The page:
In the practice of human medicine, the misuse, abuse and incorrect use of drugs and all forms of medication must be high on doctors’ lists of frustrating activities carried out by their patients. Only the other day I saw a column written by a dentist lamenting this very widespread problem. In veterinary medicine, where the poor ailing animal can’t explain the possible origin or the focal point of his malady, the first expression of his discomfort will be to stop eating and to exhibit listlessness. Generally, when the owner notices the apathy, he (and I mean also ‘she’) will invariably and unfortunately let a few days elapse, so that the animal can ‘catch itself.’ After that period, during which no improvement in the animal’s condition can be discerned, the owner resorts, as was pointed out two weeks ago, to his/her own remedies. Irrespective of the genesis of the sickness, antibiotics are resurrected from the medicine cabinet (or from the neighbour’s old stock) and administered to ‘Rover.’ Never ever is even the dog’s temperature measured and recorded. How often have I not heard, as a response to my query whether the owner has introduced antibiotics on his/her own, “Yes, Doc, I gave my dog a black and red tablet.” This is usually followed by “and he did perk up immediately.”
Well, let me burst your bag; if you don’t know what the dog is suffering from, you should not implement medication about which you don’t know the active ingredient in the medicine; you don’t know what it’s good for; you don’t know the strength of the drug; you don’t know the dosage rate for a dog or cat or rabbit; you don’t know how long you must administer the medication and how often per day. Usually, you don’t even know your dog’s weight, and the dosage rates of some of these antibiotics are very weight specific.
Very often, one ends up underdosing the antibiotic which leads to a resistance build-up to the antibiotic. This is quite a calamitous state of affairs. When germs become resistant (immune) to the workings of the antibiotic, the drug will no longer be potent and efficacious. In other words, not only will the underdosed antibiotic not work against the current illness, but later on when you really need this antibiotic’s strength to combat the same or a new ailment, it will not work.
Actually, without going into the science related to antibiotics and the animal’s inherent immune capabilities, suffice it to say that antibiotics could in fact work against the body’s immune system. If we want to prevent infections, the safer and more natural way is to feed the animal well; that will surely improve its ability to fight off disease (résistance/immunity).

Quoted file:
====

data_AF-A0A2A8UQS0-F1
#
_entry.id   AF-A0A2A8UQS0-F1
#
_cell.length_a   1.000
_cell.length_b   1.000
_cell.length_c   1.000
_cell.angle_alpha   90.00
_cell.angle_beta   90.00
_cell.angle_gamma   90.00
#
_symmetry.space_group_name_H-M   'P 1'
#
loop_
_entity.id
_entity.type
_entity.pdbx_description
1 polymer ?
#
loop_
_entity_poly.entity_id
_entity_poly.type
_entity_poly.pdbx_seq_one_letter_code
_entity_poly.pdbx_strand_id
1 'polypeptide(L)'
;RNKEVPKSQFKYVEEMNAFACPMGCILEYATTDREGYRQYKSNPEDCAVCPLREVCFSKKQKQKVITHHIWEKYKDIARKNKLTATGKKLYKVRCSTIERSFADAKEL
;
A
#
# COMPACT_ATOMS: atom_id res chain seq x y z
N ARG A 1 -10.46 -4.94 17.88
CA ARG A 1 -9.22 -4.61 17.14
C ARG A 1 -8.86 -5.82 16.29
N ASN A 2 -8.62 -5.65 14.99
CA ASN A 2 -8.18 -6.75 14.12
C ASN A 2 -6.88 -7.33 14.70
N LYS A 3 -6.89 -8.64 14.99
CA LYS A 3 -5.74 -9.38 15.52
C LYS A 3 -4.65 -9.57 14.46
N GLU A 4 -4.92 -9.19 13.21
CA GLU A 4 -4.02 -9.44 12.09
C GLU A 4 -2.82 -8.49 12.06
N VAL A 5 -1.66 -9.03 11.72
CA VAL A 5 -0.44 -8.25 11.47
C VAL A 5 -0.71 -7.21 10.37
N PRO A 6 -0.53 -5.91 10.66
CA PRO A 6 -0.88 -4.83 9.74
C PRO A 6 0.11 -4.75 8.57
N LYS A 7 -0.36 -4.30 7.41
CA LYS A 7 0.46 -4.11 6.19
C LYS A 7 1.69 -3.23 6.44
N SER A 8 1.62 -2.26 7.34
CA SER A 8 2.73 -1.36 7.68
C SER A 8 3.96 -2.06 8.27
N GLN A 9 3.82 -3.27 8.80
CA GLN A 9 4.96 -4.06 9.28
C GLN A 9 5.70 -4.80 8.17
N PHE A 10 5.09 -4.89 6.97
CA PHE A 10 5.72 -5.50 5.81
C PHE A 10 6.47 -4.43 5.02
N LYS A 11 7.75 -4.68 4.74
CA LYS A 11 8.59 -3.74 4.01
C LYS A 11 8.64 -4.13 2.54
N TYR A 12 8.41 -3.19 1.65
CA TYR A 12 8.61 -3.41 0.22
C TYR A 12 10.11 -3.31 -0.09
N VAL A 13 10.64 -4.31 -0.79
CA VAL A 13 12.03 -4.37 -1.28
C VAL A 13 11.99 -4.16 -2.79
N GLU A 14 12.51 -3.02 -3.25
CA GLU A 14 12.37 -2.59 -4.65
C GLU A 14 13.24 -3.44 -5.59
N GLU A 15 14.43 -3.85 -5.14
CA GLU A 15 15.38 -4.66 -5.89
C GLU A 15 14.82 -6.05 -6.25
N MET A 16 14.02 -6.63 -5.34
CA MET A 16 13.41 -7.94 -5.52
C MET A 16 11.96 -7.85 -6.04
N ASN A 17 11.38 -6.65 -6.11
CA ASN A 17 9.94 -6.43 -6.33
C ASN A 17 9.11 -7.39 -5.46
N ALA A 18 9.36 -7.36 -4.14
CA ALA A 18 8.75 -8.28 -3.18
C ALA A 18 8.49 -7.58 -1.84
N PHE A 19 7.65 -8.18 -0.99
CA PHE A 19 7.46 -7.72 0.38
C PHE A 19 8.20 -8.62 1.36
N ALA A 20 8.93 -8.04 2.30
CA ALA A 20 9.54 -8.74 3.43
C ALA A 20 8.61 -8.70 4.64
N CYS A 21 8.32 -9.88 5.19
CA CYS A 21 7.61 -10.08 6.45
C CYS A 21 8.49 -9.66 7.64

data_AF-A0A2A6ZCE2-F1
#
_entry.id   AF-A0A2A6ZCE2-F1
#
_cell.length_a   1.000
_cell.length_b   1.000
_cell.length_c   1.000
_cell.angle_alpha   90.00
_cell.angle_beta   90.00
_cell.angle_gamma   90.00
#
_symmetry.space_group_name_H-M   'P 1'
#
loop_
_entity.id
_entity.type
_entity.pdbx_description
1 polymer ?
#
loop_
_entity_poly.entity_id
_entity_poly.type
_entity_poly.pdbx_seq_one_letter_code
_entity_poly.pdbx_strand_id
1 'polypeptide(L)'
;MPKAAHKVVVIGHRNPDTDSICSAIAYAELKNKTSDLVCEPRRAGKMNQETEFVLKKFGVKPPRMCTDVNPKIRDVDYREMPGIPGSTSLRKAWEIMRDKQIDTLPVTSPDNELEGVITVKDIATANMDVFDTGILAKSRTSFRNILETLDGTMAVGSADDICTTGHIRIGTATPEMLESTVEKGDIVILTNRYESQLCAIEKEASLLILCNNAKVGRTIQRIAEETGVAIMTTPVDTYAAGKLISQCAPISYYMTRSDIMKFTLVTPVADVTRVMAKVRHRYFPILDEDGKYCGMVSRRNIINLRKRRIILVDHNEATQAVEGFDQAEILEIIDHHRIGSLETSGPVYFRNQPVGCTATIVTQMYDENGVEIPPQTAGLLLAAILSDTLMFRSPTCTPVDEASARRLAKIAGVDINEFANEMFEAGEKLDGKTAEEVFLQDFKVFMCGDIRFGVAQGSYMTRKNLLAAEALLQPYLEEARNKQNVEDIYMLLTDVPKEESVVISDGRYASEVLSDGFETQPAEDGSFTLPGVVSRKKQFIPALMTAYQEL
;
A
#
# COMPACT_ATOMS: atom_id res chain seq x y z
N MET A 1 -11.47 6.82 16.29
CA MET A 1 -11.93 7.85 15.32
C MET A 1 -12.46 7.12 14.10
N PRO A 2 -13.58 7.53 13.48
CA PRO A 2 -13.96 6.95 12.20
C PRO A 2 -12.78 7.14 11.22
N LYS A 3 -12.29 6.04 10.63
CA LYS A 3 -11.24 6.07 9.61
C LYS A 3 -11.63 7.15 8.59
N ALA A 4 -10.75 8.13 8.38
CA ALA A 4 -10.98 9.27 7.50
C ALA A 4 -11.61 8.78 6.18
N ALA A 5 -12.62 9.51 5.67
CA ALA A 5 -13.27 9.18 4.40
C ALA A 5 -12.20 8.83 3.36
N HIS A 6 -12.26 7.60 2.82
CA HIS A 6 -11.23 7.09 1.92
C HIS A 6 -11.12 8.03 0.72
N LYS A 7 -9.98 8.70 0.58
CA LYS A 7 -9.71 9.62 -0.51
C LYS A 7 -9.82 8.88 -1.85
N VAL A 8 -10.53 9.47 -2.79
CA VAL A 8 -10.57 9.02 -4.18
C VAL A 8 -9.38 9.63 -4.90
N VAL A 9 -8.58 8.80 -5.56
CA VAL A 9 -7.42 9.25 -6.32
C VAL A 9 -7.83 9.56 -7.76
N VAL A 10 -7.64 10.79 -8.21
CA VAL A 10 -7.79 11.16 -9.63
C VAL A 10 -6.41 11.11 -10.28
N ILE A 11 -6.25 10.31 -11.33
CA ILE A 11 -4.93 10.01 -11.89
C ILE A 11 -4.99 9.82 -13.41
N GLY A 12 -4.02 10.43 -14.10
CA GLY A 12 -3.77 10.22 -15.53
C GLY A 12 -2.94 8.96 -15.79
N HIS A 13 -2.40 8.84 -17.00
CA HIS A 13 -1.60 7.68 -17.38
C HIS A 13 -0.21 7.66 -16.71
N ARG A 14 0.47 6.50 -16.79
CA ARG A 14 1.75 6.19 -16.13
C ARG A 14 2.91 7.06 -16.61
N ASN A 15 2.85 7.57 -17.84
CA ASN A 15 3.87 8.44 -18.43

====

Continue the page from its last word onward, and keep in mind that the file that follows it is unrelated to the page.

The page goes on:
Your attempt to ‘remove’ an infection, once the infection has invaded the body, by ‘killing’ the germs with antibiotics can disrupt the body’s natural balance and weaken it further.
I should mention that the wild use of antibiotics kills everything in sight – friends and foes alike, good bacteria (eg, those required for digestion) and disease-producing germs (bad bacteria). All this results in the lowering of your pet’s defence mechanism. And while this is going on, the ‘smart’ disease – producing germs are evolving (developing resistance) to combat your antibiotic onslaught.
Every day in veterinary practice, vets recognize that the antibiotics capable of controlling infections are diminishing rapidly, due to the indiscriminate and repetitive use of these drugs. According to Pramod Vora, a Natural Health Counsel-lor, the day is not far away when the pharmaceutical industry may be unable to offer newer and more powerful antibiotics. The strength of the antibiotics now being used has grown to such an extent that their after effects linger on in the body for days after their usage has been stopped. Also, replacing the friendly bacteria lost from the body because of strong antibiotics is getting more difficult with each passing day.
The real message in today’s article is that antibiotics should not be introduced as part of the arsenal against a disease unless it is deemed necessary by your veterinarian – hopefully not one that also immediately turns to antibiotics as a first line of defence. If the cause of the ailment is a heavy burden of worms, one should not introduce antibiotics immediately, when one can get rid of the germs and coax the animal back to perfect health via a good diet and supportive/appropriate therapy.
Please implement disease preventative measures (vaccinations, routine dewormings, monthly anti-heartworm medication, etc) and adopt-a-pet from the GSPCA’s Animal Clinic and Shelter at Robb Street and Orange Walk, if you have the wherewithal to care well for the animals. Do not stray your unwanted pets, take them to the GSPCA’s Clinic and Shelter instead. If you do not wish your pet to have puppies or kittens, you may exploit the GSPCA’s free spay and neutering programme. If you see anyone being cruel to an animal, or if you need any technical information, please get in touch with the Clinic and Shelter by calling 226-4237.